What is an output device?
Monitors, speakers and printers all count as output devices, receiving data from your computer
An output device is a peripheral that performs computing functions regardless of whether it’s audio or visual in nature. The term ‘output device’ is an all-encompassing one that covers various hardware units that can be linked with your computer in order to perform a specific function, ranging from a Bluetooth headset to printers and scanners.
These peripherals will convert data it takes from the computer to which they’re connected into various outputs, depending on what kind of device it is in particular. Because there are so many different kinds of output devices, the output data varies greatly. Even though they may seem wildly different in function, we can class devices from a mouse to external monitors to speakers as output devices. This is because they all share that core principle of taking data from a PC and converting it into another form.
Display output devices
An external display is among the most common peripheral, and vary from high-end TVs to specialist monitors and even overhead projectors. Although many of us may use laptops for work, these output devices are becoming more and more for general workplace comfort given the rise of remote working.
Monitors convert the data they receive from the PC and translate it into a visual medium, normally taking the form of a graphical user interface (GUI). Users interact with an external display by issuing commands within the GUI, which thus allows them to interact with the core functions of a computer and instruct the machine to perform various tasks.
Audio output devices
Sound equipment and units of audio hardware are also among the most sought-after output devices, beyond external monitors. Translating data into sound, these normally take the form of internal speakers built into a notebook, for example, or external speakers. Although the speakers that are fitted into many laptops, phones or tablets won't require a lot of configuration, external audio devices do require some setting up, either by running cables between the PC and the hardware or through wireless technology such as Bluetooth or Wi-Fi.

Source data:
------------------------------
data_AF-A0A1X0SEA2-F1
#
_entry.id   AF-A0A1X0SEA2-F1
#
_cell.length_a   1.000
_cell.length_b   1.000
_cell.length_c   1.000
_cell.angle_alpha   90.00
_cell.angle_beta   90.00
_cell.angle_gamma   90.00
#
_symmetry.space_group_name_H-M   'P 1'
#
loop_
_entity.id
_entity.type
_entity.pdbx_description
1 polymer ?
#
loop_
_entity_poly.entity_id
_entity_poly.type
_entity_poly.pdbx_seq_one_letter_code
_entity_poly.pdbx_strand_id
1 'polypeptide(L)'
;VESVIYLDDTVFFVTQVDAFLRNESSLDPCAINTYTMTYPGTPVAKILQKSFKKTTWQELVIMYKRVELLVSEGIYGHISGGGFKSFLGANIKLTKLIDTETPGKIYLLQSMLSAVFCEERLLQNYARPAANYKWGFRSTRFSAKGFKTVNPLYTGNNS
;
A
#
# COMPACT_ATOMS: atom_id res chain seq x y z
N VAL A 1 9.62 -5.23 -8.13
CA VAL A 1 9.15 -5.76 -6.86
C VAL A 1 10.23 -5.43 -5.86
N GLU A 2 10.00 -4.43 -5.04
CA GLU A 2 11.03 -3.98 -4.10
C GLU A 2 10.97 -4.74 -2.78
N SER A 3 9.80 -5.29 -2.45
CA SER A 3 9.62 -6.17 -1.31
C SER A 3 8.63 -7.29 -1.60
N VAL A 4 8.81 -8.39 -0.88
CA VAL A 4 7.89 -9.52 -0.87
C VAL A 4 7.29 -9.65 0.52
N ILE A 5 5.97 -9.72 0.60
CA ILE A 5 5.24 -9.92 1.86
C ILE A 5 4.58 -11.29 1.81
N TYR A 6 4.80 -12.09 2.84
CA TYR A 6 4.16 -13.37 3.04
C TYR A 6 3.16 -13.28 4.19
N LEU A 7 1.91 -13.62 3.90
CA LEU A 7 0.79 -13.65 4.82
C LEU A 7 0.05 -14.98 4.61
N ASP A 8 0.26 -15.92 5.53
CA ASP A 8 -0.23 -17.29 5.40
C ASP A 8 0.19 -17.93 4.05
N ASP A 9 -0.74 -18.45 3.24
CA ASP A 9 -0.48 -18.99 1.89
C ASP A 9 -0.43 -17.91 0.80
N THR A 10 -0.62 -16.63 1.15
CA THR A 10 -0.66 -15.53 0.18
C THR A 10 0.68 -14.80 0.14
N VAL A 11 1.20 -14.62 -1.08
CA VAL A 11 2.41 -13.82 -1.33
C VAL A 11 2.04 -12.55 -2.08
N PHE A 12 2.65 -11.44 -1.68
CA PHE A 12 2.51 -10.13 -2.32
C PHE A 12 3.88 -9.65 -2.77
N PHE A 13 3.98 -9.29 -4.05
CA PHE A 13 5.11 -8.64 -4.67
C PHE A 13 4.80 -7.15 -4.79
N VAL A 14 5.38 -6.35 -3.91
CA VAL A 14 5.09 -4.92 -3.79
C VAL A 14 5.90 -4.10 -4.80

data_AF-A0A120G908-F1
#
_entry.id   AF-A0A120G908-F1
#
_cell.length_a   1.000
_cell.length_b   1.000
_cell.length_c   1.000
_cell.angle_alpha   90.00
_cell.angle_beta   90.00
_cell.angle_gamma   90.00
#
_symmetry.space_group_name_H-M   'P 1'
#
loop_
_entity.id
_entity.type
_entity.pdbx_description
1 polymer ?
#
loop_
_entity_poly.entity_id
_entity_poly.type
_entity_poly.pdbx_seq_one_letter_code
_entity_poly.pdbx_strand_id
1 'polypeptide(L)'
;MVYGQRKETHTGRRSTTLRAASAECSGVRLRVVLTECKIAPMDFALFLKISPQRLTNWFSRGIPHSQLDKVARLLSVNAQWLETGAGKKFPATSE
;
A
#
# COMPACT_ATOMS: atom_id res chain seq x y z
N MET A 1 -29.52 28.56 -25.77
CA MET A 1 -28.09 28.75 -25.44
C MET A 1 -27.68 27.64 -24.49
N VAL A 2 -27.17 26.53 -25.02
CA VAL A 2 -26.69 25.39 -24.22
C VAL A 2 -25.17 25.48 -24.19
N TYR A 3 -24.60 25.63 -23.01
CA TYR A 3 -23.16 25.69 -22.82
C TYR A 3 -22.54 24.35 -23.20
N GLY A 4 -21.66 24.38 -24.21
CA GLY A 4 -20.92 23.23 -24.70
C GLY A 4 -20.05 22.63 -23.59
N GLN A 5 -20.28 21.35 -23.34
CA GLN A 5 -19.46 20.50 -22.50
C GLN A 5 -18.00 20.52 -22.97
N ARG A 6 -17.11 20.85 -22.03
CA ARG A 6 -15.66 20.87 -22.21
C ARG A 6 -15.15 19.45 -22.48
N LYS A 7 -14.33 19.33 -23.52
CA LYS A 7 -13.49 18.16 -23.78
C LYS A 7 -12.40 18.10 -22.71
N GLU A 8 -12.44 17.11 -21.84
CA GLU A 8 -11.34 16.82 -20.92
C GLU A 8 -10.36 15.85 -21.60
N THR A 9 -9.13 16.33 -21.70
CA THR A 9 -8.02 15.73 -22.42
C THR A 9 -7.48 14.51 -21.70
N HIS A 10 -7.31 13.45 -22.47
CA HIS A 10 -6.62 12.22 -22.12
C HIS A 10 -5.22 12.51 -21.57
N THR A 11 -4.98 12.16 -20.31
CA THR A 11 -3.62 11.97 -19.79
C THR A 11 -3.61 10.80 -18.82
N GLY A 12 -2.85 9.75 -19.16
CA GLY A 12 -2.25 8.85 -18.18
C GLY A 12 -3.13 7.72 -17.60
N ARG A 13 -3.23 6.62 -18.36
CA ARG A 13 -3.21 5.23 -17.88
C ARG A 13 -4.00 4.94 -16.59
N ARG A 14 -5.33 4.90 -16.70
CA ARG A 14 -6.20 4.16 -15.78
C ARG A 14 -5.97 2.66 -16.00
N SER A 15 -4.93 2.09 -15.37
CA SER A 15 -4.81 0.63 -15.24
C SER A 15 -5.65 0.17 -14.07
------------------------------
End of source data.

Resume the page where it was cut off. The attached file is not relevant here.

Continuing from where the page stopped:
The key functions of audio output devices are not only to playback audio tied with sound and video files but to express any notifications that arise in the day-to-day running of the operating system and software. Pings may be expressed when an email is received, for example, or when software encounters an error of some kind.
Physical output devices
Aside from display and audio output devices, there's another type of device that offers an output once pumped with information. Physical output devices create something tangible and yep, you've guessed it, a printer is the best example in this category.
These could be standard 2D printers, reproducing words on a piece of paper. They could also include 3D printed outputs - creating entire objects. Of course, this latter category is a little more complicated than standard 2D printers.
A plotter is probably a less-known type of output device unless you work in the engineering or architecture sector. These machines comprise a large "arm" holding a pen and is used for sketching out vast images, such as plans. It's a more accurate way of drawing, ensuring every line is in the precise position it needs to be.
Other output devices
Alternative output devices may include ones that generate a kind of physical motion, such as in a connected gadget or robot - or even braille readers. These readers help the visually impaired to use computers by translating on-screen text to braille via raising and lowering a series of pins.
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